I encourage you, I really do!  Should you be balking at therapy because you can’t find a therapist who takes insurance, and I’m not just saying myself, but any therapist that you make a connection with, find out if you can be provided a super bill.

It’s a kind of go around that many clients are not aware that they can have access to.


You will still have to pay me up front, that’s the nature of the system, but you may often get some portion if not all of your session costs returned to you.

Talk to your insurance provider, find out if they will reimburse.

Get a super bill.

Get therapy.

It helps.

It really does.

It’s worth every penny.

And so are you.




aging, Body Image, Food, Gratitude, Health, love, Self-Care, Spirituality

Embodied Gratitude

I recently had a birthday, another year older, another curly silver-grey hair sprouting from my temple.

I have been thinking a lot about my body and my relationship to my body as I age.

The only guarantee in life is that I will continue to get older, until that is I pass from this life and who can say what will happen then.

Although I do like to recall the lines from Walt Whitman’s Leaves of Grass, Song of Myself:

They are alive and well somewhere,
The smallest sprout shows there is really no death,
And if ever there was it led forward life, and does not wait at the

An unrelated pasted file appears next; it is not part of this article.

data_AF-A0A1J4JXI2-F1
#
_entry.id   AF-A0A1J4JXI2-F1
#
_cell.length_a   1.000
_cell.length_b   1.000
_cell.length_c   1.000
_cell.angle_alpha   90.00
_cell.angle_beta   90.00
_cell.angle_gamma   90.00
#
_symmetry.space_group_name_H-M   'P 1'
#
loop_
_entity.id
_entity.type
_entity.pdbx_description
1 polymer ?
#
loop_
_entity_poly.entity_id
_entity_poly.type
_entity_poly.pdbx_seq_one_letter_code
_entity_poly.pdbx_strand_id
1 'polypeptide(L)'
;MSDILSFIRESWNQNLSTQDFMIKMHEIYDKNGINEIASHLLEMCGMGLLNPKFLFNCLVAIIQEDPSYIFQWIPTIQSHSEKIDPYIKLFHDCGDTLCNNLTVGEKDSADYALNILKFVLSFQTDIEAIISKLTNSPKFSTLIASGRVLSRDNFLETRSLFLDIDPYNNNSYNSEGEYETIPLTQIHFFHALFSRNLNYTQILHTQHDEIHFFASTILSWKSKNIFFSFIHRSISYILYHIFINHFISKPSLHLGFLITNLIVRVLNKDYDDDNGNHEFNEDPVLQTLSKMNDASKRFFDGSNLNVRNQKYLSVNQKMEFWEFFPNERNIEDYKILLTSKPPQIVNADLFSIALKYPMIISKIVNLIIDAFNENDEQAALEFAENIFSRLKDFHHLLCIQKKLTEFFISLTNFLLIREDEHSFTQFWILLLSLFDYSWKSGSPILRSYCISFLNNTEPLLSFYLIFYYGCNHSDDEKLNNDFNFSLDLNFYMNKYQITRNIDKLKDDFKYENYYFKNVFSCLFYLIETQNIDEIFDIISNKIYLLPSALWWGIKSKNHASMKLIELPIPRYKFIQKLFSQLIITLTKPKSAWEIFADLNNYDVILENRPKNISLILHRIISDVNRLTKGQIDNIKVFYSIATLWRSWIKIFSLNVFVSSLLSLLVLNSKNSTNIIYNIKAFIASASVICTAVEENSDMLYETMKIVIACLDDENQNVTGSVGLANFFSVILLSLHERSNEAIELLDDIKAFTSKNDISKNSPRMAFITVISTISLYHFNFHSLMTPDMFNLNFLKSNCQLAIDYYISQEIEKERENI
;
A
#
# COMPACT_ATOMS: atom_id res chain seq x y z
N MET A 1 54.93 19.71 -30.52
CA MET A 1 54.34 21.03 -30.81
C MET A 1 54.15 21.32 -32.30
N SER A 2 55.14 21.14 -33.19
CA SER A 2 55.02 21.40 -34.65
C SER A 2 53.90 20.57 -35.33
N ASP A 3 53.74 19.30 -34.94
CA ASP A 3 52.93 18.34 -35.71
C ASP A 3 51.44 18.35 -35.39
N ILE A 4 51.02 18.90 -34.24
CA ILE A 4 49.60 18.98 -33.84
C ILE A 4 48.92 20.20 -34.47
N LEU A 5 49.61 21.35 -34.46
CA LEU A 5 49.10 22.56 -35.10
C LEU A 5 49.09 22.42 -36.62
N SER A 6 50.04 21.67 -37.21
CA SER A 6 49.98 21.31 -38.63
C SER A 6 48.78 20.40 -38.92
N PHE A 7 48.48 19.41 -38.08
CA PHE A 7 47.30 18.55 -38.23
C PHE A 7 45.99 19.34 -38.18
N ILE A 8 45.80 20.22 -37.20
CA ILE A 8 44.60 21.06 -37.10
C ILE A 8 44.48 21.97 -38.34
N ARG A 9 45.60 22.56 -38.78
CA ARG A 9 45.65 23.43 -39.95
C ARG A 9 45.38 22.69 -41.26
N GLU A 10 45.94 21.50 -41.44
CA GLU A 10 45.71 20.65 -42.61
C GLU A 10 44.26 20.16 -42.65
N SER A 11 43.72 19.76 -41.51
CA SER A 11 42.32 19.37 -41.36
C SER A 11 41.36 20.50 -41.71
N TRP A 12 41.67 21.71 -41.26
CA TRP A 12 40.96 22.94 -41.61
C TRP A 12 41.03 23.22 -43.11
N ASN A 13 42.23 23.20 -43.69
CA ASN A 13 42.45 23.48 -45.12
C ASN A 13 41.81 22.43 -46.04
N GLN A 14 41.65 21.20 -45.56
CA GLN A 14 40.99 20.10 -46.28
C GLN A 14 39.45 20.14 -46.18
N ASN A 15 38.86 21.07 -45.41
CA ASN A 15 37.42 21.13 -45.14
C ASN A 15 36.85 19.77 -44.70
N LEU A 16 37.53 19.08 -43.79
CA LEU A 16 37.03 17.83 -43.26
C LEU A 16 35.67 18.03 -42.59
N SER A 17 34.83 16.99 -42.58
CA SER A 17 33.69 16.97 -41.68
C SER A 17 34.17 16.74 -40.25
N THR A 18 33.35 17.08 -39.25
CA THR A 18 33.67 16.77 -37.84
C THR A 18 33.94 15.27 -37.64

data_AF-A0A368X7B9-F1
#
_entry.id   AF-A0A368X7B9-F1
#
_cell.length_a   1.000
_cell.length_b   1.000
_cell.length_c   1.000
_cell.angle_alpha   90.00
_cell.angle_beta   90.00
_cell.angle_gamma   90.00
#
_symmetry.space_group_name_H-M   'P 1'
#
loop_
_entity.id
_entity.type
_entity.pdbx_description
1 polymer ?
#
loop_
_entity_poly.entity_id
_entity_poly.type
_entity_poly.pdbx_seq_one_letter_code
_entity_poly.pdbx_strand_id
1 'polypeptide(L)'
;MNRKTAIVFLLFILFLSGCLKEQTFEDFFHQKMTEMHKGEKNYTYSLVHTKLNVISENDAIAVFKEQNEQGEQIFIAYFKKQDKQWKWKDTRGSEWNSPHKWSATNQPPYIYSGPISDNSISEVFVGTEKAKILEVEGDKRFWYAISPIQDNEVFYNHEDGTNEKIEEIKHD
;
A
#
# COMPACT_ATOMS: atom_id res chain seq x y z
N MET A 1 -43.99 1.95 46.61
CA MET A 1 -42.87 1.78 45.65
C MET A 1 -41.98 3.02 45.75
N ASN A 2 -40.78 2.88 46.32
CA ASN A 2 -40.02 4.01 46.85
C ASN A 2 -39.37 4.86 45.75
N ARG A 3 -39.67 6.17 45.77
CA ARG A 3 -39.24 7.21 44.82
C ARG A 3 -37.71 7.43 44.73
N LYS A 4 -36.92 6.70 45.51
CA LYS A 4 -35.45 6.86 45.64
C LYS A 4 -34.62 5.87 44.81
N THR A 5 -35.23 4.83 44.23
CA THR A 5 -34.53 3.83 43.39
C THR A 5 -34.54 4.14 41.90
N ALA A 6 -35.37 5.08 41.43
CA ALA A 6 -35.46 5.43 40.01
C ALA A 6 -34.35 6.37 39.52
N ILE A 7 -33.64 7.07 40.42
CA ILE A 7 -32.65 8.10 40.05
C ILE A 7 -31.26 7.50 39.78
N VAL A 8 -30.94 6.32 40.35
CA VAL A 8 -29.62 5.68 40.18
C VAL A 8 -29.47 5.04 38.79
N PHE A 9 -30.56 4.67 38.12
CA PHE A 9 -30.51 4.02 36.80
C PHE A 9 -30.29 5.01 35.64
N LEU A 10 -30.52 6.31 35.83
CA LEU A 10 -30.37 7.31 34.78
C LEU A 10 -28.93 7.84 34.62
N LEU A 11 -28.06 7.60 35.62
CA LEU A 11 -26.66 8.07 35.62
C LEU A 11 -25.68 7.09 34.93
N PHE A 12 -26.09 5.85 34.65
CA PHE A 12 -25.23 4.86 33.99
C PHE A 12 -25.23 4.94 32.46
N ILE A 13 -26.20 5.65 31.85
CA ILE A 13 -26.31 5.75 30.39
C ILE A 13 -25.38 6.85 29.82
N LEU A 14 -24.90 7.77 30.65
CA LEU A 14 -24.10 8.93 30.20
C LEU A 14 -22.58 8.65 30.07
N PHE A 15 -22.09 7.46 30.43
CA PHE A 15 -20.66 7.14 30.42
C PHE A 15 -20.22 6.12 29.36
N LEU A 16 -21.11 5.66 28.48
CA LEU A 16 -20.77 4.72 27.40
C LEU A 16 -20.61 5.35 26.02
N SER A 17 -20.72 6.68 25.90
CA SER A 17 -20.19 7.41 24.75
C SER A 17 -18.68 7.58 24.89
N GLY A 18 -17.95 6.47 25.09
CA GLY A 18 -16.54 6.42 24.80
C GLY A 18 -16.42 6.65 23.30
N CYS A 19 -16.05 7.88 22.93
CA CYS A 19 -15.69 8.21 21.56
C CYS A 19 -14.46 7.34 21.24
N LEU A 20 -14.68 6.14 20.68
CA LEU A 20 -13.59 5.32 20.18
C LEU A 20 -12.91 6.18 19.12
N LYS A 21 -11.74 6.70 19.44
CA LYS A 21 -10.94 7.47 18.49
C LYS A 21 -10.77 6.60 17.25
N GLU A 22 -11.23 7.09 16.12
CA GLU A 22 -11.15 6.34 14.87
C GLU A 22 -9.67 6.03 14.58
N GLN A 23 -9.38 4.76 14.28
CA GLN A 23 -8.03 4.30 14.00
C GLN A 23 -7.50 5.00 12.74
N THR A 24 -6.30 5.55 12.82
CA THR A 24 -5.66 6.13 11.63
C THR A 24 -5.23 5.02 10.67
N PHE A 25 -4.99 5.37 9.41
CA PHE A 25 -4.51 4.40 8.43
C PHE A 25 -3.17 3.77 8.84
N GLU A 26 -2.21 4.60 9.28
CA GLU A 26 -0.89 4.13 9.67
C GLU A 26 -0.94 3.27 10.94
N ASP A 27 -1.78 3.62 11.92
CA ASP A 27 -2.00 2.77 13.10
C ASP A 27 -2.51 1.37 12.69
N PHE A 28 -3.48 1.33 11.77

end to arrest it,
And ceas’d the moment life appear’d.
I like to think that I shall return as a blade of grass or the laugh of a child.
I am here.
Still of this Earth and instead of despairing my body, which seems to be declining into a certain kind of age, I wish to celebrate it.
I wish to embrace my body, the skin that has started to sink around the knees and make a funny frown there.
I wish to see the curly silver sprout of hair springing from my head–although, yes, the first time I saw the dread intruders I did pluck them out.
No longer though, the salt in my pepper hair seems to be proper, alert, a flag gently waiving to the shore of wisdom.
I have perhaps not aged enough to be called “wise,” but I can see that shore, it is not as distant as before.
I also want to hold my belly in warm regard.
This soft creature that is my center–strong and soft–which is how I wish to be, strong for you, strong for me, but also tender, vulnerable, open to connection.
It is also the place of deep intuition.
How often have I known I need to “trust my gut” in this situation, go with my instinct, feel that space and know that when it is perturbed there is a message being sent to the rest of my being.
Tread lightly, be cautious, be honest, integrity stems from my stomach.
And what a beautiful belly too.
For it holds that organ that processes all my food and feeds the rest of me, the brain that gets flush with deep thoughts, the mouth that wishes to talk, the heart that beats with or without me paying attention to it.